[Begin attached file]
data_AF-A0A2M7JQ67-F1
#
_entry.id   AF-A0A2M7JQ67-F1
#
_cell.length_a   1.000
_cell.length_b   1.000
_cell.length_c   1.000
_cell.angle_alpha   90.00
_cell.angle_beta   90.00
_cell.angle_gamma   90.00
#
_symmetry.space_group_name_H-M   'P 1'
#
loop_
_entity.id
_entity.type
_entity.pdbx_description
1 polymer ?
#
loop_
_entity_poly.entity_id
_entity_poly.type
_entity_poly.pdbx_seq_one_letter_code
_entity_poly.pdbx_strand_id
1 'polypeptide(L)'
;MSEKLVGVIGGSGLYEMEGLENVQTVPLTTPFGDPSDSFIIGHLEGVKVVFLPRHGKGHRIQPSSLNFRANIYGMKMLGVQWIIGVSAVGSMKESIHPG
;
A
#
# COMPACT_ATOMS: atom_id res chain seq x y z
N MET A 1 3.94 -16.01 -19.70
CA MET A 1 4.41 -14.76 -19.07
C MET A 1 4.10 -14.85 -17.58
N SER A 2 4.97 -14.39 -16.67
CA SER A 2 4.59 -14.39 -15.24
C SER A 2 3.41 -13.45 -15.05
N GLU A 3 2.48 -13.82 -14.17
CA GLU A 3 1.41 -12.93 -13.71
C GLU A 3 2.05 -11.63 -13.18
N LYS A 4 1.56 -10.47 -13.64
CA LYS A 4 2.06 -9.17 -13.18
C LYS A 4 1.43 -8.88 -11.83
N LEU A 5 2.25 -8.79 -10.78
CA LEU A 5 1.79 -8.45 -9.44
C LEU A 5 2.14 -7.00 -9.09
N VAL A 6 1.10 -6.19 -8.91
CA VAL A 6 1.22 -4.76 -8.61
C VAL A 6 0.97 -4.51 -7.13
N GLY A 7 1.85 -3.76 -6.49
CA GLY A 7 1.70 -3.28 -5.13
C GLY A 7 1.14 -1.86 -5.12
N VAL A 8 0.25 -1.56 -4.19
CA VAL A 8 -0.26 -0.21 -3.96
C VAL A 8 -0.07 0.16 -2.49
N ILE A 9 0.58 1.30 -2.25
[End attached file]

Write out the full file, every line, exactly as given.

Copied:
data_AF-A0A2M7JQ67-F1
#
_entry.id   AF-A0A2M7JQ67-F1
#
_cell.length_a   1.000
_cell.length_b   1.000
_cell.length_c   1.000
_cell.angle_alpha   90.00
_cell.angle_beta   90.00
_cell.angle_gamma   90.00
#
_symmetry.space_group_name_H-M   'P 1'
#
loop_
_entity.id
_entity.type
_entity.pdbx_description
1 polymer ?
#
loop_
_entity_poly.entity_id
_entity_poly.type
_entity_poly.pdbx_seq_one_letter_code
_entity_poly.pdbx_strand_id
1 'polypeptide(L)'
;MSEKLVGVIGGSGLYEMEGLENVQTVPLTTPFGDPSDSFIIGHLEGVKVVFLPRHGKGHRIQPSSLNFRANIYGMKMLGVQWIIGVSAVGSMKESIHPG
;
A
#
# COMPACT_ATOMS: atom_id res chain seq x y z
N MET A 1 3.94 -16.01 -19.70
CA MET A 1 4.41 -14.76 -19.07
C MET A 1 4.10 -14.85 -17.58
N SER A 2 4.97 -14.39 -16.67
CA SER A 2 4.59 -14.39 -15.24
C SER A 2 3.41 -13.45 -15.05
N GLU A 3 2.48 -13.82 -14.17
CA GLU A 3 1.41 -12.93 -13.71
C GLU A 3 2.05 -11.63 -13.18
N LYS A 4 1.56 -10.47 -13.64
CA LYS A 4 2.06 -9.17 -13.18
C LYS A 4 1.43 -8.88 -11.83
N LEU A 5 2.25 -8.79 -10.78
CA LEU A 5 1.79 -8.45 -9.44
C LEU A 5 2.14 -7.00 -9.09
N VAL A 6 1.10 -6.19 -8.91
CA VAL A 6 1.22 -4.76 -8.61
C VAL A 6 0.97 -4.51 -7.13
N GLY A 7 1.85 -3.76 -6.49
CA GLY A 7 1.70 -3.28 -5.13
C GLY A 7 1.14 -1.86 -5.12
N VAL A 8 0.25 -1.56 -4.19
CA VAL A 8 -0.26 -0.21 -3.96
C VAL A 8 -0.07 0.16 -2.49
N ILE A 9 0.58 1.30 -2.25